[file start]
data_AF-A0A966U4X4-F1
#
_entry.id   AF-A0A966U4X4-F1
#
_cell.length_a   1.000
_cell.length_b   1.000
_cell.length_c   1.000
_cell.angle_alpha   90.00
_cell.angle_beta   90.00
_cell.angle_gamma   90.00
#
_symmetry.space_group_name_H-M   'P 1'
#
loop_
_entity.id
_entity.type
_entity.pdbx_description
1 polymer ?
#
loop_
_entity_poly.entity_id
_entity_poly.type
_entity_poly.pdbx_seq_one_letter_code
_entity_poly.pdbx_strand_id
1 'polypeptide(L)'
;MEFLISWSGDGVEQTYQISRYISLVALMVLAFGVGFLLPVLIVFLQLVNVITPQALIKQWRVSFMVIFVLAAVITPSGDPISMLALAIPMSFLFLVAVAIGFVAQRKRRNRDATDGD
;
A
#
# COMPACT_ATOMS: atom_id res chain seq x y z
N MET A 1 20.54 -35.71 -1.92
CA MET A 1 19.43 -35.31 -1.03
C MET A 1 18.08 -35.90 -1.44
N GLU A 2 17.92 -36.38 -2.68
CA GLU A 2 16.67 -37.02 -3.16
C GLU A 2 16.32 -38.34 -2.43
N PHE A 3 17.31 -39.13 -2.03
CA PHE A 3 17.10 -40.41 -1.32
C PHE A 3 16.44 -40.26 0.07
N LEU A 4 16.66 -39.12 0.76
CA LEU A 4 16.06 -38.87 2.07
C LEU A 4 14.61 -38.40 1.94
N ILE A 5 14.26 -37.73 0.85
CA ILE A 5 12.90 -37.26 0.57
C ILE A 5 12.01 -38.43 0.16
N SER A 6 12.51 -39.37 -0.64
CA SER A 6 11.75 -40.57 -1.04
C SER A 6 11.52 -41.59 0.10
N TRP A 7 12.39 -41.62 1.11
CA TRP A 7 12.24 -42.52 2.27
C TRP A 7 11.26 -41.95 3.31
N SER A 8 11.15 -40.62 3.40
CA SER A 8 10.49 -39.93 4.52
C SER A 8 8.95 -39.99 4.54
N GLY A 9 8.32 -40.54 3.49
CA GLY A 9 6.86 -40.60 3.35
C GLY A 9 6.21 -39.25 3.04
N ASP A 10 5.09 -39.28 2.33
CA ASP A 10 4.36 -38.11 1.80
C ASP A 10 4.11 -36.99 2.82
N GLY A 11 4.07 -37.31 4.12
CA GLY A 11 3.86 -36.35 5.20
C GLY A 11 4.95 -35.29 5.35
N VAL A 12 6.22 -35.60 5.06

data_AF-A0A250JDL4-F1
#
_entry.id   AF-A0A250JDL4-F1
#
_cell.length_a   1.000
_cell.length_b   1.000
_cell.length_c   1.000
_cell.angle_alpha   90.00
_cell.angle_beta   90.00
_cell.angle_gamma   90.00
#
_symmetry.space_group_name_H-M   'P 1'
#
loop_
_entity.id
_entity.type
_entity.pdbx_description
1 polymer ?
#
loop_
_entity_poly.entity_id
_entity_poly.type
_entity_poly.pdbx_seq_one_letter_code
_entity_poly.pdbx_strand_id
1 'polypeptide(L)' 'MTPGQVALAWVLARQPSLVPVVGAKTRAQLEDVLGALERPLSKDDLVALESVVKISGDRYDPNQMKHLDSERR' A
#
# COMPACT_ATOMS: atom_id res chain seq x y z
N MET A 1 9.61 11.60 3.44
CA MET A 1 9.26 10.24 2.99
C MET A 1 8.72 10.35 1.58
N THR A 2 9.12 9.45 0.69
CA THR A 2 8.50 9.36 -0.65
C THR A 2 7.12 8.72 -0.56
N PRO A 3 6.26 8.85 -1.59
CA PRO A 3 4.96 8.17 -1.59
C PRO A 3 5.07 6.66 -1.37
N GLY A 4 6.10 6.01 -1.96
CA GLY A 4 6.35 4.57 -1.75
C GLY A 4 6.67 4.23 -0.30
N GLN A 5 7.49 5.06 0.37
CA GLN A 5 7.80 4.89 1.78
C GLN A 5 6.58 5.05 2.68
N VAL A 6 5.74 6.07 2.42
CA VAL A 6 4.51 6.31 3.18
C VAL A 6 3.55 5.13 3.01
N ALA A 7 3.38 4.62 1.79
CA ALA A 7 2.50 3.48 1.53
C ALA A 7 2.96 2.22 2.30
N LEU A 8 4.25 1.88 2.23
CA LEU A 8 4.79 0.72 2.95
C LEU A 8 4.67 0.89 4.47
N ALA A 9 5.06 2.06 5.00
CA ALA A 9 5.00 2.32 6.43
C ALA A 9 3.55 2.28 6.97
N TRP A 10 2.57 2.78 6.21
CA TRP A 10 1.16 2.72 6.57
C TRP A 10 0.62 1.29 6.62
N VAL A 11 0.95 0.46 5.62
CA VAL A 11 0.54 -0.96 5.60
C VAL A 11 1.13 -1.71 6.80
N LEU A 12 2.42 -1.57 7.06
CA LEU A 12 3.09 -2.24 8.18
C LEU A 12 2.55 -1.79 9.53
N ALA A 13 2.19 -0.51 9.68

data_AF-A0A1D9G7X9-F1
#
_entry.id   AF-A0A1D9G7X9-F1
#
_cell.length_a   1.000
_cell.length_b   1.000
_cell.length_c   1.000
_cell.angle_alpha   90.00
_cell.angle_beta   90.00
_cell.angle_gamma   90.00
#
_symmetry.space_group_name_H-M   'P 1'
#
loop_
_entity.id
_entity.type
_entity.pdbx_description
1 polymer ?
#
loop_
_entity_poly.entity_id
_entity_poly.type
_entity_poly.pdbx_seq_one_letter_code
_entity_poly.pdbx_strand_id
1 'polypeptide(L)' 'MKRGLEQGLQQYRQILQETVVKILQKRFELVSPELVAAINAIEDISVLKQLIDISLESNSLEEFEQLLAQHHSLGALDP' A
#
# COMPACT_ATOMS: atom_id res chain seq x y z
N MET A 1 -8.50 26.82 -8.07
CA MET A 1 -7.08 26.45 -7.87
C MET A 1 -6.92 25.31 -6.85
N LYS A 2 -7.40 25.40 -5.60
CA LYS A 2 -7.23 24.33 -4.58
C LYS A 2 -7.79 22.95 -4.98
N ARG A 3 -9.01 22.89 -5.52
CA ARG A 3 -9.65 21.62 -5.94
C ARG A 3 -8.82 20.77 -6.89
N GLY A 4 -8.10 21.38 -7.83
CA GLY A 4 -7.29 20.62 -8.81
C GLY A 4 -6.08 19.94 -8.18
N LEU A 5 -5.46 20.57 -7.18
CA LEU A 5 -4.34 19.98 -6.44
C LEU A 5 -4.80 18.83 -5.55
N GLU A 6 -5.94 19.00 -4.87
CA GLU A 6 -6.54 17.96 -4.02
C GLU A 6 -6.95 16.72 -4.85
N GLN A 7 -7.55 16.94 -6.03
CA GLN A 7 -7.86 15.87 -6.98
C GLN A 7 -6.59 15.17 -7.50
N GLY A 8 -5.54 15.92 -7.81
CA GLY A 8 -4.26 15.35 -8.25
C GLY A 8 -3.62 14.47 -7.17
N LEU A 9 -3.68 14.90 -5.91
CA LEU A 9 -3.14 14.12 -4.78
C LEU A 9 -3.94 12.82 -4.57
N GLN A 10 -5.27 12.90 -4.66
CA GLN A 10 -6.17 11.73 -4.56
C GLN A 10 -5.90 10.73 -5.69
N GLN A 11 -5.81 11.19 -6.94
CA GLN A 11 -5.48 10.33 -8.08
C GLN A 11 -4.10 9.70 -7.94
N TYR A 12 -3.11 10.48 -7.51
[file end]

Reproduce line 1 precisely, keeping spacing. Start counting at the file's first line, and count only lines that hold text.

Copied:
data_AF-A0A966U4X4-F1